We asked the Flag Institute to register the traditional flag because that was the one that has been in common use for so many years. We have no wish to quarrel with the gentleman concerned. We have simply registered the white rose flag that we know has been accepted by common use for many years. There was a danger that another county might want to include a white rose in their flag and we needed to ensure that Yorkshire claimed it first.
We agree with the following statement that has been issued by the Flag Institute today:
Earlier this year the Yorkshire Riding Society (YRS) approached the Flag Institute, in the person of our Chief Vexillologist, Graham Bartram, to register the flag of Yorkshire. They had been speaking to their friend across the Pennines who had just registered the Lancashire flag. They wanted to register the traditional design of a white rose on a blue background. Graham asked if they had considered any other designs, and they had. They wanted to stick with the traditional design rather than the other Yorkshire flag they had seen, A red Scandinavian cross on white with a rose en soleil at the cross's centre. They had never seen this design flying and felt it was associated with the concept of a Yorkshire & Humberside Region/Assembly which had fallen through several years earlier. The traditional design has been made in Yorkshire for over forty years, With JW Plant in Leeds being one of the manufacturers, and that was the design they felt happy with.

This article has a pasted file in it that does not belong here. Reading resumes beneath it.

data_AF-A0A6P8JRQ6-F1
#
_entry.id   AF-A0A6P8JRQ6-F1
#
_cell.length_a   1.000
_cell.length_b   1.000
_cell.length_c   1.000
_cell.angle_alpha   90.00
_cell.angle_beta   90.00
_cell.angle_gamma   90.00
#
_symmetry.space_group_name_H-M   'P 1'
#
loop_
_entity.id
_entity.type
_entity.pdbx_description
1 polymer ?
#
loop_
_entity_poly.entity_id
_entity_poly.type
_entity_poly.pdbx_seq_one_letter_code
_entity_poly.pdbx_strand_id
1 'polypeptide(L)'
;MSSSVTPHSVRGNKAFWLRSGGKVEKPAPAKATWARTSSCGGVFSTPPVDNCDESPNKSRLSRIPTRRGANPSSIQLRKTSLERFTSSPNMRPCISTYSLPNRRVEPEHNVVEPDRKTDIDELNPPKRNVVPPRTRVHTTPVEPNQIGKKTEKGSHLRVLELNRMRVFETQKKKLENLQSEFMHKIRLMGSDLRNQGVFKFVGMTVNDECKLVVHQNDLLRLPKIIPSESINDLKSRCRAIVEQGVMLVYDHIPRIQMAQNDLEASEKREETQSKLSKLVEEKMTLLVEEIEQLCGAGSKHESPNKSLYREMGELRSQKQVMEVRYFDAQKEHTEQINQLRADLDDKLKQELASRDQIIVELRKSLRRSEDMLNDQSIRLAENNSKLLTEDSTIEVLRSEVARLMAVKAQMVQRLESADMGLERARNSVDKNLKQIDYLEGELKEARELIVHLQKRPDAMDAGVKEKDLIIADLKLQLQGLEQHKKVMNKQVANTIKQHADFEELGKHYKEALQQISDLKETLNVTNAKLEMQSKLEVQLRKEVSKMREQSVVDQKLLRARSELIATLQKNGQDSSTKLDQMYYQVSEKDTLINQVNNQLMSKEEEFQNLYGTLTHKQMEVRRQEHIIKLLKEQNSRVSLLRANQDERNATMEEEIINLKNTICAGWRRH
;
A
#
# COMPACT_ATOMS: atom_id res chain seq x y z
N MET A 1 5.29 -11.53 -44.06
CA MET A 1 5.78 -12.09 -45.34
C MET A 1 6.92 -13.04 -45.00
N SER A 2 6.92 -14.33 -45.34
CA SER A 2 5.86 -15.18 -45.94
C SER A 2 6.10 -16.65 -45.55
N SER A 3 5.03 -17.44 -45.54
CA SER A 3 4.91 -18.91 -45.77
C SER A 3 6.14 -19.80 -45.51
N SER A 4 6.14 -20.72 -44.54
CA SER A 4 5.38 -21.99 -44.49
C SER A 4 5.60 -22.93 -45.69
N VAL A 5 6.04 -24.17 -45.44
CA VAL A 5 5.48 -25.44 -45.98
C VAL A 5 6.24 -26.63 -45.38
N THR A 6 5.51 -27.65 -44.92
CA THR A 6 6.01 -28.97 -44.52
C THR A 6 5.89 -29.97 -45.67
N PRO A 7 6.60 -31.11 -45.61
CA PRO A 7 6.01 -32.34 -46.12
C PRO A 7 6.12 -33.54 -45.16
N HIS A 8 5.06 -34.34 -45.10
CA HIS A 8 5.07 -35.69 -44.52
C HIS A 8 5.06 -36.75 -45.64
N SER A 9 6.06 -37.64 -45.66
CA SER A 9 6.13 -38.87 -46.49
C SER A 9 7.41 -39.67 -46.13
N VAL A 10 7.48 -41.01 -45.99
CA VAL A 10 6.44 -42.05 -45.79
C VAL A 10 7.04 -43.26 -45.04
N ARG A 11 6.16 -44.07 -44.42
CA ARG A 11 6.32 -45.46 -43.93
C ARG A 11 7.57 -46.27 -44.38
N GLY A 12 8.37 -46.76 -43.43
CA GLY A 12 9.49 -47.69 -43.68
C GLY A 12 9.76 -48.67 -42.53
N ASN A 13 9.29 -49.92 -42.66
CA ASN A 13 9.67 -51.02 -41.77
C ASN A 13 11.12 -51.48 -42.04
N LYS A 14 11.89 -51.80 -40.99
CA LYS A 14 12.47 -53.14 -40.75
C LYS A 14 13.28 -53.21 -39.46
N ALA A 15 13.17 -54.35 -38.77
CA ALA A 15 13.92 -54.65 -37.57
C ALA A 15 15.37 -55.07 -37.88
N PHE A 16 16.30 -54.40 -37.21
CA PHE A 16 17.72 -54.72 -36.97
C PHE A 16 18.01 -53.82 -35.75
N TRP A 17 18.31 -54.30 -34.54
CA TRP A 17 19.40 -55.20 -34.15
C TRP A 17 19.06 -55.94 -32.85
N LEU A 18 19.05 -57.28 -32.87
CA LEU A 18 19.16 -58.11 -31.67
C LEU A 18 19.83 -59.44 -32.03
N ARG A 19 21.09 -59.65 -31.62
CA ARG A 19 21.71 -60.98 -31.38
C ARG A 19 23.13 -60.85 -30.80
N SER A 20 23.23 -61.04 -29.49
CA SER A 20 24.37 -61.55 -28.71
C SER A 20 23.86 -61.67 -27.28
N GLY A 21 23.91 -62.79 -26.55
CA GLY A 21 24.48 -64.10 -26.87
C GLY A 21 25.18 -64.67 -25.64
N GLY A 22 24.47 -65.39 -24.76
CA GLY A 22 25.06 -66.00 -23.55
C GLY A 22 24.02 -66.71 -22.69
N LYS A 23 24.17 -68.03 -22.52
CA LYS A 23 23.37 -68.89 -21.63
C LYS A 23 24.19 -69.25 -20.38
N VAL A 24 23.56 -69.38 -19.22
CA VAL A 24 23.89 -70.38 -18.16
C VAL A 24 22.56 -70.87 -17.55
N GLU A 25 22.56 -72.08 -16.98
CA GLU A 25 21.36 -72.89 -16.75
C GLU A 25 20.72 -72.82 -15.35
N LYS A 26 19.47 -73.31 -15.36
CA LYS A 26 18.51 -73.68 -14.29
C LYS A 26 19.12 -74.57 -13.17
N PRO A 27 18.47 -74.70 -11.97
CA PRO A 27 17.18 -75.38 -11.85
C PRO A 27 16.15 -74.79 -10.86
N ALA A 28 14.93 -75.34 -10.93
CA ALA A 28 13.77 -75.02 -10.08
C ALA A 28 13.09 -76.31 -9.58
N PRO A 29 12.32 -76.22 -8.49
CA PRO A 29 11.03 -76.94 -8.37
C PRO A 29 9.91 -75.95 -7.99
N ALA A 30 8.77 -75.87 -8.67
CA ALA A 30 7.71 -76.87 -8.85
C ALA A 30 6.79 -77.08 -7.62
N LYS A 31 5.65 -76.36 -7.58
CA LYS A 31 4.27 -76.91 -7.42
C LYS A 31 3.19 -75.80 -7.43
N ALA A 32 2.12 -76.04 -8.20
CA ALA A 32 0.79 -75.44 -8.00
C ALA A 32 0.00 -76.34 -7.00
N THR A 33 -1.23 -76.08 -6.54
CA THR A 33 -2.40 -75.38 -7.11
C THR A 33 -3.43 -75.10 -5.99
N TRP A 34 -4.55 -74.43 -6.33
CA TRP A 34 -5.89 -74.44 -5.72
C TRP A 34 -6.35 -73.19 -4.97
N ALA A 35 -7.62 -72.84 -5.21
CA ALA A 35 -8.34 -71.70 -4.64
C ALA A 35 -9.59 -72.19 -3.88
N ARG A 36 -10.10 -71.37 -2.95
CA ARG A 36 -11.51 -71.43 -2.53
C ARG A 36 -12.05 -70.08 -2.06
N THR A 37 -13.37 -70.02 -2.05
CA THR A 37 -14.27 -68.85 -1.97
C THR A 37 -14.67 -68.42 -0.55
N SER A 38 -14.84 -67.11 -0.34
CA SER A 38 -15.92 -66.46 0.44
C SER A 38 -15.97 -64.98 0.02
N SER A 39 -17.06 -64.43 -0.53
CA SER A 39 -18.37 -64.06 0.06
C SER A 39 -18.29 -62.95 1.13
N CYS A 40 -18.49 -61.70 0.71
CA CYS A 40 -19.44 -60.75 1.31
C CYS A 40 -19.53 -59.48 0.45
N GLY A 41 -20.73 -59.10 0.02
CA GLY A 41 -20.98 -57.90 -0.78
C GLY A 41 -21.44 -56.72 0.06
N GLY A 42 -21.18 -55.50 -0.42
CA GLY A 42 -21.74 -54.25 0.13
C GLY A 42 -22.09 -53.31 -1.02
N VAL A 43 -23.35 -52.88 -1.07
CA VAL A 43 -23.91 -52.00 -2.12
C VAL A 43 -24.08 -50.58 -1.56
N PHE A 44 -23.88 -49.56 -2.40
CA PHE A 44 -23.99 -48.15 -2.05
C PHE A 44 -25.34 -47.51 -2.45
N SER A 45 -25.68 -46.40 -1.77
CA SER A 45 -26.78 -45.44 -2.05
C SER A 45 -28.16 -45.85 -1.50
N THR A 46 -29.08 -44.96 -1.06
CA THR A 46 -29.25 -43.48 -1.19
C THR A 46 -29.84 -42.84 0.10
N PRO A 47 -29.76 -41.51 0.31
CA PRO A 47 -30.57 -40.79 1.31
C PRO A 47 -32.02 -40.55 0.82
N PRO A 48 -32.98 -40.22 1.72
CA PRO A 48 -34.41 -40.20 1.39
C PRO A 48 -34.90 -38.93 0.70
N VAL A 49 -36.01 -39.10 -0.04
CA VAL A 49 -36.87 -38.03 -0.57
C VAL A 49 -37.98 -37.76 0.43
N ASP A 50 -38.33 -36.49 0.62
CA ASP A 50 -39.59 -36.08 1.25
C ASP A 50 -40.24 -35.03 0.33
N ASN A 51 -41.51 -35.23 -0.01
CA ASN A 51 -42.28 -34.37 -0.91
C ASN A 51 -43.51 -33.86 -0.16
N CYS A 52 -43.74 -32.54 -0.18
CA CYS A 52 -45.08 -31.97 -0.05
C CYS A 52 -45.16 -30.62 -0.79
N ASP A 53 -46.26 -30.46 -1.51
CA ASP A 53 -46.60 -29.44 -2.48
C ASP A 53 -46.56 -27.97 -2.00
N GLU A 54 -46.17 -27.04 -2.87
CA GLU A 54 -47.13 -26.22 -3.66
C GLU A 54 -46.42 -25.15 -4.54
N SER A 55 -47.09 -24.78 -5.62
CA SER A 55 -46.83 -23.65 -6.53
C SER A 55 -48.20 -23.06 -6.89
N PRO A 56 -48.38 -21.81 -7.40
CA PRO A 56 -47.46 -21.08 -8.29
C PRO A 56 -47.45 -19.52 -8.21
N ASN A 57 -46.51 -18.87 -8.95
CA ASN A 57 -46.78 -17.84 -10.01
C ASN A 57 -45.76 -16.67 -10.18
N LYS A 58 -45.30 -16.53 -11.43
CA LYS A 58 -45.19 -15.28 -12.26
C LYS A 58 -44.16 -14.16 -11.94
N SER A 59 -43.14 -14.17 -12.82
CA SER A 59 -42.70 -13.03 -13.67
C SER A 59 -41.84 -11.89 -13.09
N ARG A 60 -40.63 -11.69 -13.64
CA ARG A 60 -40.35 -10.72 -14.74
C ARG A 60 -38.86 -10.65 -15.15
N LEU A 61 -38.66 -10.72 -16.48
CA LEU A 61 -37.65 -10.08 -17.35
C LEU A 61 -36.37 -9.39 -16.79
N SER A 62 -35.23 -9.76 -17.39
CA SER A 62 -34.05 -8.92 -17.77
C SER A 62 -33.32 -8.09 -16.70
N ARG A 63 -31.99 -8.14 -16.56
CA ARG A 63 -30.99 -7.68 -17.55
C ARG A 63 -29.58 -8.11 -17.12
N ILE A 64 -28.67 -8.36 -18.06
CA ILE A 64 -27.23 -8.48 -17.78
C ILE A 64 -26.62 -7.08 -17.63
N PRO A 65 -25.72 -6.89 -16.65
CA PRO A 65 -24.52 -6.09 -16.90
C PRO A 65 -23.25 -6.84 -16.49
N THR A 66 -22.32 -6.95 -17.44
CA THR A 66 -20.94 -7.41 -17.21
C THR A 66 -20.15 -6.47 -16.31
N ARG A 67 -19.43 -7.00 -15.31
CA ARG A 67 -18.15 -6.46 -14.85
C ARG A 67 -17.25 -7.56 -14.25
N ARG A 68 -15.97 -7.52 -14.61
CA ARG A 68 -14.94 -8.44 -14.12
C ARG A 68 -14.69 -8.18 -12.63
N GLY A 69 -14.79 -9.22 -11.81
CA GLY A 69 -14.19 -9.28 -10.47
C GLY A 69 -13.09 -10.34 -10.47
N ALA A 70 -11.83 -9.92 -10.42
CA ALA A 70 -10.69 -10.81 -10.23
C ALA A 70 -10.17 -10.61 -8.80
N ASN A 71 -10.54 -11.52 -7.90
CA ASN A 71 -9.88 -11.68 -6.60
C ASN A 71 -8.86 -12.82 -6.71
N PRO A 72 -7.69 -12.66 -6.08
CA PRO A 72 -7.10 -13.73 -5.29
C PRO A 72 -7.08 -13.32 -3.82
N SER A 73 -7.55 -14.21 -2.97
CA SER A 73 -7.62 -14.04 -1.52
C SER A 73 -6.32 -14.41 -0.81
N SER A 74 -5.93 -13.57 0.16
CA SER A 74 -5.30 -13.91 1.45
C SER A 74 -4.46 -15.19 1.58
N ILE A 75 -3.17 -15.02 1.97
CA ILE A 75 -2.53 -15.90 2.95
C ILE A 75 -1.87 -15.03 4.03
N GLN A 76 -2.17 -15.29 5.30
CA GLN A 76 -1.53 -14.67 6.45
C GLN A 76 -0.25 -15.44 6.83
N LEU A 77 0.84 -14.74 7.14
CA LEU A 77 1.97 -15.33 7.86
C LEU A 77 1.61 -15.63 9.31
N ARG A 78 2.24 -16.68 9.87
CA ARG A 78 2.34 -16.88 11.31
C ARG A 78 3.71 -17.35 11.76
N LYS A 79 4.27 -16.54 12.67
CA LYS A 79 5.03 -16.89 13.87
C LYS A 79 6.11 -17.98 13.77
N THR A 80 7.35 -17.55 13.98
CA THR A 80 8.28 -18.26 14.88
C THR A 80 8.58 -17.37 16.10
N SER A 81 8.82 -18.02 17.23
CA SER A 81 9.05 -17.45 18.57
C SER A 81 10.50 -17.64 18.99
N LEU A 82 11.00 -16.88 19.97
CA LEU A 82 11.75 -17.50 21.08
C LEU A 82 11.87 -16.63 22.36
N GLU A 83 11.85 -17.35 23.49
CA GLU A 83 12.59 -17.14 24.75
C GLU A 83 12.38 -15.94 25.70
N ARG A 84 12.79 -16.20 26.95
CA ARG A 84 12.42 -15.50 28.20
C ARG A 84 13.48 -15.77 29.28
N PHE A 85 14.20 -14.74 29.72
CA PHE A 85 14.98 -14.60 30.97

The only design work Graham undertook was to come up with an official drawing of the flag. Although the basic design has been in use for a long time there has been no standardization of the rose, or the shade of blue of the background. The rose was redrawn several times until we came up with what the YRS thought was an archetypal Yorkshire Rose. The YRS also chose the shade of blue as Pantone 300 which they felt gave a bright and colourful flag.
Another "controversy" is which way round the rose goes. There is no agreement about this in Yorkshire with some people and organizations using it one way up and others the other way up. The YRS went with the majority, the North and West Ridings of the county, where it is normally used with the sepal downwards. These parts of the county are where Leeds, Bradford, Doncaster, Sheffield, etc are located with the majority of the population. The rose is also positioned centrally so there is nothing to stop someone who feels strongly that the rose is the wrong way up flying it the other way up!
So in summary all the Flag Institute is doing is registering a traditional design that has been in use for over forty years and can be seen flying all over the country, and producing a single standard drawing of the flag for future production. The YRS did not design the flag and do not claim to have designed it, they just asked the Flag Institute to register it, which we are happy to do.